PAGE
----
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Farming for the Future Research Programme – The results are clear

New Zealand is moving into an exciting new agricultural space that looks to improve the previous farming model – one that struggled under a cloud of environmental strains, extreme weather patterns, higher costs, higher energy use and a new, more product-savvy, global consumer. 
The Farming for the Future Research Programme is focused on finding ways to future-proof New Zealand's natural advantage by asking:
  • How can farming systems operate more ecologically efficiently and sustainably, with fewer/different inputs?
  • What input savings and environmental benefits can be gained while maintaining or increasing production?
  • How can we better understand the outcomes of lower nutrient input on sheep/beef farming systems and in particular those which utilise Hatuma DP?
Since 2009 the Farming for the Future Research Programme has been measuring the outcomes on participating lower-input hill country sheep/beef farms, most of whom have already been farming this idealism successfully for many years.

Each year, independent scientists and consultants from The AgriBusiness Group have undertaken the following:

  • Comprehensive soil and pasture quality assessments (including soil biology)
  • Annual farmers' interviews on farm physical attributes, management inputs, production and financial data captured and analysed
  • Gauging environmental outcomes using OVERSEER®
  • Comparison of farm outcomes against available local or national benchmarks as well as findings from the ARGOS project
  • Detailed reports written with considerable input from soil scientist Peter Carey (Land Research Services Ltd).
 

Acknowledgements:

  • The Farming for the Future Research Programme is supported by Hatuma Dicalcic Phosphate (NZ) Ltd.
  • The Resilient Farming Alliance – A diverse group of like-minded individuals made up of farmers and representatives from industry, the scientific community and Hawke's Bay Regional Council, as well as former Parliamentary Commissioner for the Environment, Dr Morgan Williams, and former Hawke's Bay Regional Council Chairman, Ross Bramwell, who was a recent recipient of a New Zealand Order of Merit for services to agriculture. The group oversees and guides the Farming for the Future Research Programme to ensure the programme is reaching its objectives.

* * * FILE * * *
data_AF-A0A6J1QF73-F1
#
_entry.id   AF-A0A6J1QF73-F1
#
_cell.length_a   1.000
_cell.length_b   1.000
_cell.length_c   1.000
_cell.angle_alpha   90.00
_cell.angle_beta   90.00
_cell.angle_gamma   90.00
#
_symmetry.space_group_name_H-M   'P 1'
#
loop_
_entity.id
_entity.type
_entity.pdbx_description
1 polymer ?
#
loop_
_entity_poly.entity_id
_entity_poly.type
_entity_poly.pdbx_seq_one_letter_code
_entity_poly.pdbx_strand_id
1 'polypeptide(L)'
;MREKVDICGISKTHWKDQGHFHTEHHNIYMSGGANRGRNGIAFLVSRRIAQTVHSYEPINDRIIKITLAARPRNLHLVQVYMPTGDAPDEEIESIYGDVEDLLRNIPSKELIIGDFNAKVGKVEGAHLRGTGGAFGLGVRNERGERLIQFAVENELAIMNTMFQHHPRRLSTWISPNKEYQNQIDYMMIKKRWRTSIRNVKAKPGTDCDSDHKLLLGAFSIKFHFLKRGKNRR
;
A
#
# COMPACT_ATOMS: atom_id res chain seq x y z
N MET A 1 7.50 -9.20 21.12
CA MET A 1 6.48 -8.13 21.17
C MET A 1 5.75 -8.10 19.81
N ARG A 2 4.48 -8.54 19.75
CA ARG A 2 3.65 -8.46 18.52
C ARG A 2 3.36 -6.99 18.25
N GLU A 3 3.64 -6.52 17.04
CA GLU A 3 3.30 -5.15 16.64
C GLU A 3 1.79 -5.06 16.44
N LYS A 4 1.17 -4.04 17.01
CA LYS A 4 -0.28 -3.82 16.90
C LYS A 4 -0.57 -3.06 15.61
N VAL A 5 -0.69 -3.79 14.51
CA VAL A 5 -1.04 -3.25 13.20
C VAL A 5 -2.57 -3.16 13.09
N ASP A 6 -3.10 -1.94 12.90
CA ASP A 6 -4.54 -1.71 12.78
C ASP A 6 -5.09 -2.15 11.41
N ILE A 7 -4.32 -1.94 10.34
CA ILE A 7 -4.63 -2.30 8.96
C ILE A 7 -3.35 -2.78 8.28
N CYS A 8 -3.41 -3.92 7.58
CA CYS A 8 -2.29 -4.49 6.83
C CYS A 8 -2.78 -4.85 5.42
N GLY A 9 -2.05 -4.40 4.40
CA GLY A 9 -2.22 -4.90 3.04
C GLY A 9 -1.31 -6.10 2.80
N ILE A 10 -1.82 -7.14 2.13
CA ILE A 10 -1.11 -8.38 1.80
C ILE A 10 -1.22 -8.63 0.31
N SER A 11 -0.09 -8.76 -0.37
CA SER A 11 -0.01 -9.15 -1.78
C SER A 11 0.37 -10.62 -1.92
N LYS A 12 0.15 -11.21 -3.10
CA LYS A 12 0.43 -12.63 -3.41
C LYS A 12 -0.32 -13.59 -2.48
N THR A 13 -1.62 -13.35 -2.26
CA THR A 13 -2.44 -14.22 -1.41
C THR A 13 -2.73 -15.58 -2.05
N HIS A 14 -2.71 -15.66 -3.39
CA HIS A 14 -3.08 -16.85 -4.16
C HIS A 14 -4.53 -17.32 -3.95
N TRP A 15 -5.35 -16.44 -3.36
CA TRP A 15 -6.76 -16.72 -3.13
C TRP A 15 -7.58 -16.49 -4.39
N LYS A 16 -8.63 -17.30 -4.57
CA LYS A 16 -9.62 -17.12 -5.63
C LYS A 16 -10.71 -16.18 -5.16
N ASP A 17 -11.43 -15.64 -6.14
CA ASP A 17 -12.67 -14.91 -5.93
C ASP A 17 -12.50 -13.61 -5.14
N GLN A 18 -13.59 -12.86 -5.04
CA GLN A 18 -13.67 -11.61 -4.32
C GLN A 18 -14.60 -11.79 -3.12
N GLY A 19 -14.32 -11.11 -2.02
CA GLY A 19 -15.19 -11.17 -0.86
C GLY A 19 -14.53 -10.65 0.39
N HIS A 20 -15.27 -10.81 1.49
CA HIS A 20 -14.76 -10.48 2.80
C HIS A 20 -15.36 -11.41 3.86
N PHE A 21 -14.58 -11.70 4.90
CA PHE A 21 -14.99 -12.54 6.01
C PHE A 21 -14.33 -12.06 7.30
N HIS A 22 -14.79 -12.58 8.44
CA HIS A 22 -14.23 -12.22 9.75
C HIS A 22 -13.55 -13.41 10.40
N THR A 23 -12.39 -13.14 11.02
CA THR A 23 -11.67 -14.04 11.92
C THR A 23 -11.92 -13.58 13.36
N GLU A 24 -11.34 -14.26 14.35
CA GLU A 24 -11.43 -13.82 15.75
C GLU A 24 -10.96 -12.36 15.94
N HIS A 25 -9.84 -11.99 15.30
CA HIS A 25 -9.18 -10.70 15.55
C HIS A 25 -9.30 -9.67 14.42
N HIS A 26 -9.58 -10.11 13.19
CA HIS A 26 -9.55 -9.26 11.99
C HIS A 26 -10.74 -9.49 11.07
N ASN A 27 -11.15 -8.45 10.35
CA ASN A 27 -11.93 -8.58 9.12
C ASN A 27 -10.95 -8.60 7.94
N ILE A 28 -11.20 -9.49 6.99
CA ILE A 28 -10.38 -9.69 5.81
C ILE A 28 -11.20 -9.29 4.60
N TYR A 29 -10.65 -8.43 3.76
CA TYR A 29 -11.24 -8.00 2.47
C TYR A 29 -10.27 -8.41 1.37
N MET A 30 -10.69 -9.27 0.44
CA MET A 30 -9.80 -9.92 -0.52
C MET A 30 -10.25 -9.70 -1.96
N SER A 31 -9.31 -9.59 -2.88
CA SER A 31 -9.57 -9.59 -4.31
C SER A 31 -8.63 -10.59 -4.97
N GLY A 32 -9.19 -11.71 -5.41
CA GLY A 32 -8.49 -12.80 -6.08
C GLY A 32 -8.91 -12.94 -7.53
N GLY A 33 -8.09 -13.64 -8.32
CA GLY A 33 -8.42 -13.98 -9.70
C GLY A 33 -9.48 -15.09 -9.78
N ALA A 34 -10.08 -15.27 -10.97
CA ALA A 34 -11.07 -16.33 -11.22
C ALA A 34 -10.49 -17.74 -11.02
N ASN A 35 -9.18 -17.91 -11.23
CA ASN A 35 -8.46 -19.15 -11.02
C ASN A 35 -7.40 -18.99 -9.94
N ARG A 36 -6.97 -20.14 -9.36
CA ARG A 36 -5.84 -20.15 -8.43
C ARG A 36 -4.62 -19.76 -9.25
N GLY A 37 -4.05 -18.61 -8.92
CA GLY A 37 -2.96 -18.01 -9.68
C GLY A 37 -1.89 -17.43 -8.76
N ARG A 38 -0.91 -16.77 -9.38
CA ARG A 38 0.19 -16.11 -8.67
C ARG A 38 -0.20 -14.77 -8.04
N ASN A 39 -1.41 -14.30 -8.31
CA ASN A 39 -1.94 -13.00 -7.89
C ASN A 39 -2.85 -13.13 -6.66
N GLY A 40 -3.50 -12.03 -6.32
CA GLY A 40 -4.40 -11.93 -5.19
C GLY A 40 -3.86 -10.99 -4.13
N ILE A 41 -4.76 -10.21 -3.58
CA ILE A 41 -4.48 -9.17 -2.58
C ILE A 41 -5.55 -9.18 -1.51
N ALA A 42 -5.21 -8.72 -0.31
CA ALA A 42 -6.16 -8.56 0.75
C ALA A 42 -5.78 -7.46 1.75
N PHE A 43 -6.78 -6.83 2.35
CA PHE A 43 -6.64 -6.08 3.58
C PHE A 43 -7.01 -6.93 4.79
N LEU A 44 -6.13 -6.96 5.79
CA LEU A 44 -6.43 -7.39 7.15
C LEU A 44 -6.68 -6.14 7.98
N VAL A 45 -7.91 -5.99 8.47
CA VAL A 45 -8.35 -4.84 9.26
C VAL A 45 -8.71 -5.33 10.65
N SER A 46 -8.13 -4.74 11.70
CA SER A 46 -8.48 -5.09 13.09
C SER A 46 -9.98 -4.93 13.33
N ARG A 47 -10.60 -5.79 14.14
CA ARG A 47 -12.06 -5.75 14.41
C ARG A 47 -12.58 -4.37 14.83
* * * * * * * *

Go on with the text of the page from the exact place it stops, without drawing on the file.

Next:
• The farmers involved who have graciously offered their properties as monitor farms.

 

                                  
      

The objective is to monitor the research properties as long as possible to build a robust set of data for assessing the performance of farm inputs such as fertilisers.

Even after five years of extensive monitoring preliminary results in the Farming for the Future Research Project suggested that, in comparison to Beef + Lamb monitor farms, sheep and beef farmers using Hatuma DP are applying half the amount of phosphate on their farms with no negative impact to their production. [1]

A summary of the latest 2013/14 results follow.

[1] Benge, J. & Lucock, D. (2014). Farming for the Future Research Project. 2009-2013 results.


Production:

Higher stocking rates

Overview of farms 2008/09 to 2013/14

Compared to regional averages, research project farms are larger than most and carry similar stock units per hectare.Compared to regional averages, research project farms are larger than most and carry similar stock units per hectare

production

* Farming For the Future (FFF)

No compromise on meat production

2009/10 to 2013/14 Meat production averages

Compared to regional averages, research project farms have similar meat production, with lower inputs. Hatuma Dicalcic Phosphate monitor farms show no compromise on production.

Meat Production

* Farming for the Future (FFF) ^Average of North Island Beef + Lamb Class 3 + 4. † Net meat output: the difference between kg carcase meat imported and exported.


Fertiliser Inputs:

Better efficiencies

2008/09 to 2013/14 Average pasture fertiliser inputs

Non-renewable resources will become scarcer and more expensive.

Farmers who can find better efficiencies will be better placed for future growth.

Compared to regional averages, research project farms have:

  • Applied less than half typical regional phosphorus inputs
  • Applied less sulphur
  • Not applied significant amounts of nitrogen

Efficiences

* Farming for the Future (FFF) ^Average for Hawke's Bay, Wairarapa, Taranaki/Manawatu (Source: Beef + Lamb New Zealand Economic Service, North Island Class 3 + 4)

Cost effective

Average fertiliser costs (including lime)

Compared to Beef + Lamb averages, Hatuma Dicalcic Phosphate monitor farms on average spend less on fertiliser per stock unit and per hectare. That's cost effective for your pocket and better for the environment.

Cost effective

*Farming for the Future (FFF) ^Average of North Island Beef + Lamb Class 3 + 4.


Environmental Impacts

Low nutrient loss

Baseline results (2008/09 to 2012/13): OVERSEER®

Compared to national averages, research project farms have reported:

  • Nitrogen leaching within the average range
  • Nitrogen surpluses tending towards the low end
  • Phosphorus surpluses at the lowest end of the range  

Low phosphate surpluses mean less phosphate can potentially be locked up in the environment or lost to the environment.

Nutrient Loss

Benge, J. & Lucock, D. (2014). Farming for the Future Research Project. 2009-2014 results: The AgriBusiness Group